Whether you're interested in comics history, visual storytelling, or the business side of creating stories, Eisner's life and this documentary have something to offer.

Friday, November 19, 2010

Directing Animation

David Levy's books have consistent strengths. His tone is friendly and conversational. He is willing to admit mistakes he's made in his career, which gives him credibility. He interviews a wide selection of other animation professionals, so the books are not limited to Levy's own viewpoint.

His greatest strength is his concern for the people side of the animation business. Levy always focuses on behaving professionally, communicating clearly and being organized so as not to sabotage a project or one's own career.

All of these strengths are present in his latest book, Directing Animation. It includes chapters on directing indie films, commercials, TV series, features and for the web. Interview subjects include Bill Plympton, Tatiana Rosenthal, Nina Paley, Michael Sporn, PES, Xeth Feinberg, Tom Warburton, Yvette Kaplan and many others. Each of these people relate good and bad experiences they've had directing, giving a rounded view of the job and a host of things to avoid.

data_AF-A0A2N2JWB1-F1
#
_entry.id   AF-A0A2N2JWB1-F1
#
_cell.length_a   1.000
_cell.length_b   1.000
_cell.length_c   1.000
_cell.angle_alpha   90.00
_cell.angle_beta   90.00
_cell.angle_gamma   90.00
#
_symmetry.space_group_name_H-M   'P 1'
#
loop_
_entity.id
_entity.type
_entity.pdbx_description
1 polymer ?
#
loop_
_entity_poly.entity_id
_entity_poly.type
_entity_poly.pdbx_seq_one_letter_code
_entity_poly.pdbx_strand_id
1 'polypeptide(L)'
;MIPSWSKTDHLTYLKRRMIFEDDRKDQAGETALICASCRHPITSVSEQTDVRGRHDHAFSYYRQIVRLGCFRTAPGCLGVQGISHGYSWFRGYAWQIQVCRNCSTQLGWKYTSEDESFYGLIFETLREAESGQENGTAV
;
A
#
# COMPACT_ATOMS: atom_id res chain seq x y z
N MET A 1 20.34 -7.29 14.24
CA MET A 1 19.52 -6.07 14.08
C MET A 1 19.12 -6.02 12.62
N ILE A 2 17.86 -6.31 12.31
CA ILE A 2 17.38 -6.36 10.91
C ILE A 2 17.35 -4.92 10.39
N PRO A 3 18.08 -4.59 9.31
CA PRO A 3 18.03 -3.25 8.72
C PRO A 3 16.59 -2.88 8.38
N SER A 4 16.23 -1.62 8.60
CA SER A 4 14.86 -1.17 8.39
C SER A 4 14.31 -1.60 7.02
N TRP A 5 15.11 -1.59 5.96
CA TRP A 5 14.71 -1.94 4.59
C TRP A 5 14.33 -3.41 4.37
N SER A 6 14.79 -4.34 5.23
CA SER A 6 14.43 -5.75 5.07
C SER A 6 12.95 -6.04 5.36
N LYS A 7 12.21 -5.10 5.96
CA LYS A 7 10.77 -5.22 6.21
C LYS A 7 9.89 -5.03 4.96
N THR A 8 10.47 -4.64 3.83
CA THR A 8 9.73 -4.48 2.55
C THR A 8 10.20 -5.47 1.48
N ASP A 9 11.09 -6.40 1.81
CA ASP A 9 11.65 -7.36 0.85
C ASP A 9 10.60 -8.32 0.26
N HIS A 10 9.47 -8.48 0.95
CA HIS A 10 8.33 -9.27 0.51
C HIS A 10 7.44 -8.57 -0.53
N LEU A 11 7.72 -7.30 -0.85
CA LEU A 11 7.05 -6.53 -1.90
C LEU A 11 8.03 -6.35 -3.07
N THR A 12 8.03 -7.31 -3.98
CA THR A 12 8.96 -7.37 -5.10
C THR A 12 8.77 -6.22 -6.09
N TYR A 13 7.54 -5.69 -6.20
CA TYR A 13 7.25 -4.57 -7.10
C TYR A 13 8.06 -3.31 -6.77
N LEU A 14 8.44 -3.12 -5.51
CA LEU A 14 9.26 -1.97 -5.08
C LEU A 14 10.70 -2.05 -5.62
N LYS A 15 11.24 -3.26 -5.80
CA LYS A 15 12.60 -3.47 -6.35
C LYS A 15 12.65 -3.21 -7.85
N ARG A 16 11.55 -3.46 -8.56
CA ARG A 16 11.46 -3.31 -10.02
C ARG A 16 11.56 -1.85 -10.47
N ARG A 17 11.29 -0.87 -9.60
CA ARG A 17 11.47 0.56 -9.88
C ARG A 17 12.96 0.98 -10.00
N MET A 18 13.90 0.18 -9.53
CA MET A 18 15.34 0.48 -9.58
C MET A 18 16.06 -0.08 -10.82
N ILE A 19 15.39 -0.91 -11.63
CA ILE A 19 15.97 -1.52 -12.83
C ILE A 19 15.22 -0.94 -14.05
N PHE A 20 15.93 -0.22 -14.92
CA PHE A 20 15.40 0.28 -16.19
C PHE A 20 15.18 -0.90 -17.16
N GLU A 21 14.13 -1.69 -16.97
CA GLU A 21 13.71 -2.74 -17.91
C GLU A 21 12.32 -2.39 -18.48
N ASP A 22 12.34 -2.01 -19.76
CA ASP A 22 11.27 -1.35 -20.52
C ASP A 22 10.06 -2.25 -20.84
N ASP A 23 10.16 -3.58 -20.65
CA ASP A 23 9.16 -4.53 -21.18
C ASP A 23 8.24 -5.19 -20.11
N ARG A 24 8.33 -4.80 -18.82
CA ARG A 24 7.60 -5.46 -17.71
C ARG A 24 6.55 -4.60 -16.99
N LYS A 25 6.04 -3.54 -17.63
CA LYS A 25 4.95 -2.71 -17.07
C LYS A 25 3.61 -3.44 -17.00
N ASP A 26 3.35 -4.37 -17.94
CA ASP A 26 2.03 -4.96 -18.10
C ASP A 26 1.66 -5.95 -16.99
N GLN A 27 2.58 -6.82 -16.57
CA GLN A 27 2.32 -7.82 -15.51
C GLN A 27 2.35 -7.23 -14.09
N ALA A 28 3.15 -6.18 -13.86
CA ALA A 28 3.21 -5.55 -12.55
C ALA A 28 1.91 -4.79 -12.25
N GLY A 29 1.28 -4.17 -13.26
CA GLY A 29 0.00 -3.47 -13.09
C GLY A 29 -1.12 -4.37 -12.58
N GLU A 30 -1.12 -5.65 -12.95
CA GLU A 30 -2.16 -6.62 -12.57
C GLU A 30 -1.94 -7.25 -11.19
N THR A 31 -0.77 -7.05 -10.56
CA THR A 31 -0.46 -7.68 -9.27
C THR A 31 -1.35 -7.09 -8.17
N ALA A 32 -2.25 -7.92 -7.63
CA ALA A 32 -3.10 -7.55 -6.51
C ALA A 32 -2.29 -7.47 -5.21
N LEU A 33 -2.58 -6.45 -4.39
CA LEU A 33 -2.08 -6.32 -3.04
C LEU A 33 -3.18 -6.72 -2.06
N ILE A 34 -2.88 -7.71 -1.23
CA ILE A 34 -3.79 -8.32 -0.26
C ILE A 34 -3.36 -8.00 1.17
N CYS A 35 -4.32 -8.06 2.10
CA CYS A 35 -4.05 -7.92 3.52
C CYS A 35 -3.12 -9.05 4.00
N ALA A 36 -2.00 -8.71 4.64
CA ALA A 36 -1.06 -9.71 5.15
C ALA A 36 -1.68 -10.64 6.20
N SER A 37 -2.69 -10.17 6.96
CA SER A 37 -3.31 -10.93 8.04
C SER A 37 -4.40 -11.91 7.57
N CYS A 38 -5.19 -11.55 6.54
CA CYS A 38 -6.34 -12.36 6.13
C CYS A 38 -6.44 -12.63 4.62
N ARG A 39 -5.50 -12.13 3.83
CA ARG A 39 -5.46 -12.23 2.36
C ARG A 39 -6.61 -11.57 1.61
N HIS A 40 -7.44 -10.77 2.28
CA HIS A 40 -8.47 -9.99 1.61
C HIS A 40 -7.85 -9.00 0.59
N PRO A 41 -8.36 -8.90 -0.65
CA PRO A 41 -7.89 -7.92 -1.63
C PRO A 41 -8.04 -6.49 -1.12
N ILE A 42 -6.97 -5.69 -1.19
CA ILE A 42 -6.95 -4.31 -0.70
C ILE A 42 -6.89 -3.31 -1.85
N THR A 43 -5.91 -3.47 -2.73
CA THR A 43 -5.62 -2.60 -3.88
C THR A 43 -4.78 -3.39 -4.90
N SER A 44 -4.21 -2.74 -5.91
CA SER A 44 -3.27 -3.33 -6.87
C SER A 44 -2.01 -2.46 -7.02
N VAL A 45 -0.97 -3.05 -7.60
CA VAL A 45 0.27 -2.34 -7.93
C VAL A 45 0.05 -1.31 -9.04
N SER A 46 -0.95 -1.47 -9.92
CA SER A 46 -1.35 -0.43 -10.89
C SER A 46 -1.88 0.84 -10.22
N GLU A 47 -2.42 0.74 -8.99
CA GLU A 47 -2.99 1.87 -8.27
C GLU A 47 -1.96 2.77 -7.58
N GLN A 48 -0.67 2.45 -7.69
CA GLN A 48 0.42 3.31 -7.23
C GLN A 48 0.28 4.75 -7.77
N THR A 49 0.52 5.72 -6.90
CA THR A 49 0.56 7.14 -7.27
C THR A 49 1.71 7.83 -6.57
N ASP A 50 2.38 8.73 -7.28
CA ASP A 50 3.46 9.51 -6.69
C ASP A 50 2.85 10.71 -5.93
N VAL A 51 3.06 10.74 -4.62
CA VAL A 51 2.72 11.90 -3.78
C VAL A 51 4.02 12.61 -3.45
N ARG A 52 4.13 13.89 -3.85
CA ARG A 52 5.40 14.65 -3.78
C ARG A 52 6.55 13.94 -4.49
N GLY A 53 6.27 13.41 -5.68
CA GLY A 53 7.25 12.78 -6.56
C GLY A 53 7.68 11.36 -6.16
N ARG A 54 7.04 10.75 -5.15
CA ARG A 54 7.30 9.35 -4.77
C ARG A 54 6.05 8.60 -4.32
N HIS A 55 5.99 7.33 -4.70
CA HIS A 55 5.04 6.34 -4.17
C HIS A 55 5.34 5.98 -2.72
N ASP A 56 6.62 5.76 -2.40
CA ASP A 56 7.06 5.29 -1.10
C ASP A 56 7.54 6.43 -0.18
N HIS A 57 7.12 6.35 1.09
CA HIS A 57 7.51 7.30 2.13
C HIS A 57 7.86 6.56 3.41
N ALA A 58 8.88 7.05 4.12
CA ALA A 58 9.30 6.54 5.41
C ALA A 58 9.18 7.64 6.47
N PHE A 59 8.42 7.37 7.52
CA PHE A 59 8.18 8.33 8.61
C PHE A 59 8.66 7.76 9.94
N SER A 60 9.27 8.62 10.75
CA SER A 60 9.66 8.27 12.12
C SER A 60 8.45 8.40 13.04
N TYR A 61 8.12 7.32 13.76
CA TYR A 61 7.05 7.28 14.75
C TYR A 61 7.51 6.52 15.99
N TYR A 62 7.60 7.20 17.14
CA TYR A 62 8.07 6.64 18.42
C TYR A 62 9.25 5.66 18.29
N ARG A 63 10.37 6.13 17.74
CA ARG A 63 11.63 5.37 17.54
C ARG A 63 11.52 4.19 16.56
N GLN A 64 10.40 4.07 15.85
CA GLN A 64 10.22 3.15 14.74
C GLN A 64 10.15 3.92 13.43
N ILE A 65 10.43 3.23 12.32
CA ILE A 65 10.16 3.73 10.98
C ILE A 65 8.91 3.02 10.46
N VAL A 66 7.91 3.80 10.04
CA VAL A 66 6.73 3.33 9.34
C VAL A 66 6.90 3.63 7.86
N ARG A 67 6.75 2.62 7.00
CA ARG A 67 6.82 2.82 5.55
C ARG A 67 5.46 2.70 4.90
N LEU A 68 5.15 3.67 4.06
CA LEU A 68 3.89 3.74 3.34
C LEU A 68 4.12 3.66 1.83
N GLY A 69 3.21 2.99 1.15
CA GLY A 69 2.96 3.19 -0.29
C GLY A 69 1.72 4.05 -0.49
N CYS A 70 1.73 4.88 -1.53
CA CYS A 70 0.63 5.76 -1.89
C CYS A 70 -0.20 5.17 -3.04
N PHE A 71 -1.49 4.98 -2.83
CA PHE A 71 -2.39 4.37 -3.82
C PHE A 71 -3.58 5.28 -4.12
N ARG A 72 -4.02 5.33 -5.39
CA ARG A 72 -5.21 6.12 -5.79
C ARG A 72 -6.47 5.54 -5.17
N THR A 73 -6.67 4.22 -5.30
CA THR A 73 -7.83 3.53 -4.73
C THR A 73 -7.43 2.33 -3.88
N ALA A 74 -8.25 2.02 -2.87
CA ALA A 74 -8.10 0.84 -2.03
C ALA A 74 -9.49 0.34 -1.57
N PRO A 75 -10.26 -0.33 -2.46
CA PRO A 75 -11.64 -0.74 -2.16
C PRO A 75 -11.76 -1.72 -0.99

However, there is a hole at the center of this book in that Levy says very little about the actual craft of directing. The job of the director is to decide how the story will be told. Depending on the medium and the director, that might entail boarding, designing, cutting an animatic, directing voice talent, drawing character layouts, supervising layouts and backgrounds, timing animation, spotting music and sound effects, mixing sound and doing colour correction. Each of the above has the potential to enhance or detract from a film's effect on the audience, but you won't find any advice as to how these tasks can be used for greater or lesser results. The ultimate value of a director isn't people skills or organization, it's aesthetic. The viewers don't know (or care) if the crew got along or the production ran smoothly. Their only concern is what is on the screen.